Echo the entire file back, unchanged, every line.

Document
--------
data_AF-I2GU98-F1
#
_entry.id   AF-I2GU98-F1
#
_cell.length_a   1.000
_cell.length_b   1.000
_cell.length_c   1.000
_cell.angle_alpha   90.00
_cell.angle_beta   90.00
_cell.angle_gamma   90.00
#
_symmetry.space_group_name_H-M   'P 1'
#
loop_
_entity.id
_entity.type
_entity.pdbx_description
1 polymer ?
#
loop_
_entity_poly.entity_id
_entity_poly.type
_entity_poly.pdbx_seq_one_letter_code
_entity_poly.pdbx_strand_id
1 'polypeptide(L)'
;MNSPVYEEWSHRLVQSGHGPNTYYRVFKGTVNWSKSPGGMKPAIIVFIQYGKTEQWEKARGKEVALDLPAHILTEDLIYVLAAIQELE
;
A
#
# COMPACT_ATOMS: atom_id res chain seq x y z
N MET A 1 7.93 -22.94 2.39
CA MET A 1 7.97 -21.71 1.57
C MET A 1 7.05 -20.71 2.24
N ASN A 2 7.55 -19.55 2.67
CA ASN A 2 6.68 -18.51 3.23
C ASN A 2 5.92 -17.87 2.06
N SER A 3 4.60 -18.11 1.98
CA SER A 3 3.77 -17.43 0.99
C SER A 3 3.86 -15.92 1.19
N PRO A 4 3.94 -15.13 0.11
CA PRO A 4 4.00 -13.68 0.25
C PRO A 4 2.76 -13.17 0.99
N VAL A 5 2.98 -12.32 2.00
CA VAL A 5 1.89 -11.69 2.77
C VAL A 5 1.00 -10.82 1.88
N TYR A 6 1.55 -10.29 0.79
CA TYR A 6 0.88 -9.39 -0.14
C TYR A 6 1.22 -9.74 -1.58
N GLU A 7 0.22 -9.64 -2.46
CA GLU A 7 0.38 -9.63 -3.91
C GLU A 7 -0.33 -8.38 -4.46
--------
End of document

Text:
data_AF-I2GU98-F1
#
_entry.id   AF-I2GU98-F1
#
_cell.length_a   1.000
_cell.length_b   1.000
_cell.length_c   1.000
_cell.angle_alpha   90.00
_cell.angle_beta   90.00
_cell.angle_gamma   90.00
#
_symmetry.space_group_name_H-M   'P 1'
#
loop_
_entity.id
_entity.type
_entity.pdbx_description
1 polymer ?
#
loop_
_entity_poly.entity_id
_entity_poly.type
_entity_poly.pdbx_seq_one_letter_code
_entity_poly.pdbx_strand_id
1 'polypeptide(L)'
;MNSPVYEEWSHRLVQSGHGPNTYYRVFKGTVNWSKSPGGMKPAIIVFIQYGKTEQWEKARGKEVALDLPAHILTEDLIYVLAAIQELE
;
A
#
# COMPACT_ATOMS: atom_id res chain seq x y z
N MET A 1 7.93 -22.94 2.39
CA MET A 1 7.97 -21.71 1.57
C MET A 1 7.05 -20.71 2.24
N ASN A 2 7.55 -19.55 2.67
CA ASN A 2 6.68 -18.51 3.23
C ASN A 2 5.92 -17.87 2.06
N SER A 3 4.60 -18.11 1.98
CA SER A 3 3.77 -17.43 0.99
C SER A 3 3.86 -15.92 1.19
N PRO A 4 3.94 -15.13 0.11
CA PRO A 4 4.00 -13.68 0.25
C PRO A 4 2.76 -13.17 0.99
N VAL A 5 2.98 -12.32 2.00
CA VAL A 5 1.89 -11.69 2.77
C VAL A 5 1.00 -10.82 1.88
N TYR A 6 1.55 -10.29 0.79
CA TYR A 6 0.88 -9.39 -0.14
C TYR A 6 1.22 -9.74 -1.58
N GLU A 7 0.22 -9.64 -2.46
CA GLU A 7 0.38 -9.63 -3.91
C GLU A 7 -0.33 -8.38 -4.46